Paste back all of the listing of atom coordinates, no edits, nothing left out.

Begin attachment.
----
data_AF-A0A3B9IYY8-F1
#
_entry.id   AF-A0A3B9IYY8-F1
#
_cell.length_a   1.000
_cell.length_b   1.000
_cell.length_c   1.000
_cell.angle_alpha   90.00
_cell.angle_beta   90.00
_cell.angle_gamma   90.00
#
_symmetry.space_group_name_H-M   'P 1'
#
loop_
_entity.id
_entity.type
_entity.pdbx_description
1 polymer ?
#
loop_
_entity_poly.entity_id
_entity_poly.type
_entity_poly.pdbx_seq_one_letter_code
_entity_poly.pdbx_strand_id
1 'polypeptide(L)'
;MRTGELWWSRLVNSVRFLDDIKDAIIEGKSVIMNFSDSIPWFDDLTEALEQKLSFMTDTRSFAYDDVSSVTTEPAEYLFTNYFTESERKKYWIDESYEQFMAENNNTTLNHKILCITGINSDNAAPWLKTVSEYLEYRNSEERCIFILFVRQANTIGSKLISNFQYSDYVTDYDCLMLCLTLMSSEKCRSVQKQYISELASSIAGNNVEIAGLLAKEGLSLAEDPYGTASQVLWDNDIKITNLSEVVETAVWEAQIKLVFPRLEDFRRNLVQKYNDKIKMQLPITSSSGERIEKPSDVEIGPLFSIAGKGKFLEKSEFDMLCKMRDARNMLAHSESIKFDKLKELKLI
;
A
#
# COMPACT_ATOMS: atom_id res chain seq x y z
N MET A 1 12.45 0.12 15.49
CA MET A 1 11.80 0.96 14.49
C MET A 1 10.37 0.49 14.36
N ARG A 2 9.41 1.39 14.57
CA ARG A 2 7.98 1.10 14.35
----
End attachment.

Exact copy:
data_AF-A0A3B9IYY8-F1
#
_entry.id   AF-A0A3B9IYY8-F1
#
_cell.length_a   1.000
_cell.length_b   1.000
_cell.length_c   1.000
_cell.angle_alpha   90.00
_cell.angle_beta   90.00
_cell.angle_gamma   90.00
#
_symmetry.space_group_name_H-M   'P 1'
#
loop_
_entity.id
_entity.type
_entity.pdbx_description
1 polymer ?
#
loop_
_entity_poly.entity_id
_entity_poly.type
_entity_poly.pdbx_seq_one_letter_code
_entity_poly.pdbx_strand_id
1 'polypeptide(L)'
;MRTGELWWSRLVNSVRFLDDIKDAIIEGKSVIMNFSDSIPWFDDLTEALEQKLSFMTDTRSFAYDDVSSVTTEPAEYLFTNYFTESERKKYWIDESYEQFMAENNNTTLNHKILCITGINSDNAAPWLKTVSEYLEYRNSEERCIFILFVRQANTIGSKLISNFQYSDYVTDYDCLMLCLTLMSSEKCRSVQKQYISELASSIAGNNVEIAGLLAKEGLSLAEDPYGTASQVLWDNDIKITNLSEVVETAVWEAQIKLVFPRLEDFRRNLVQKYNDKIKMQLPITSSSGERIEKPSDVEIGPLFSIAGKGKFLEKSEFDMLCKMRDARNMLAHSESIKFDKLKELKLI
;
A
#
# COMPACT_ATOMS: atom_id res chain seq x y z
N MET A 1 12.45 0.12 15.49
CA MET A 1 11.80 0.96 14.49
C MET A 1 10.37 0.49 14.36
N ARG A 2 9.41 1.39 14.57
CA ARG A 2 7.98 1.10 14.35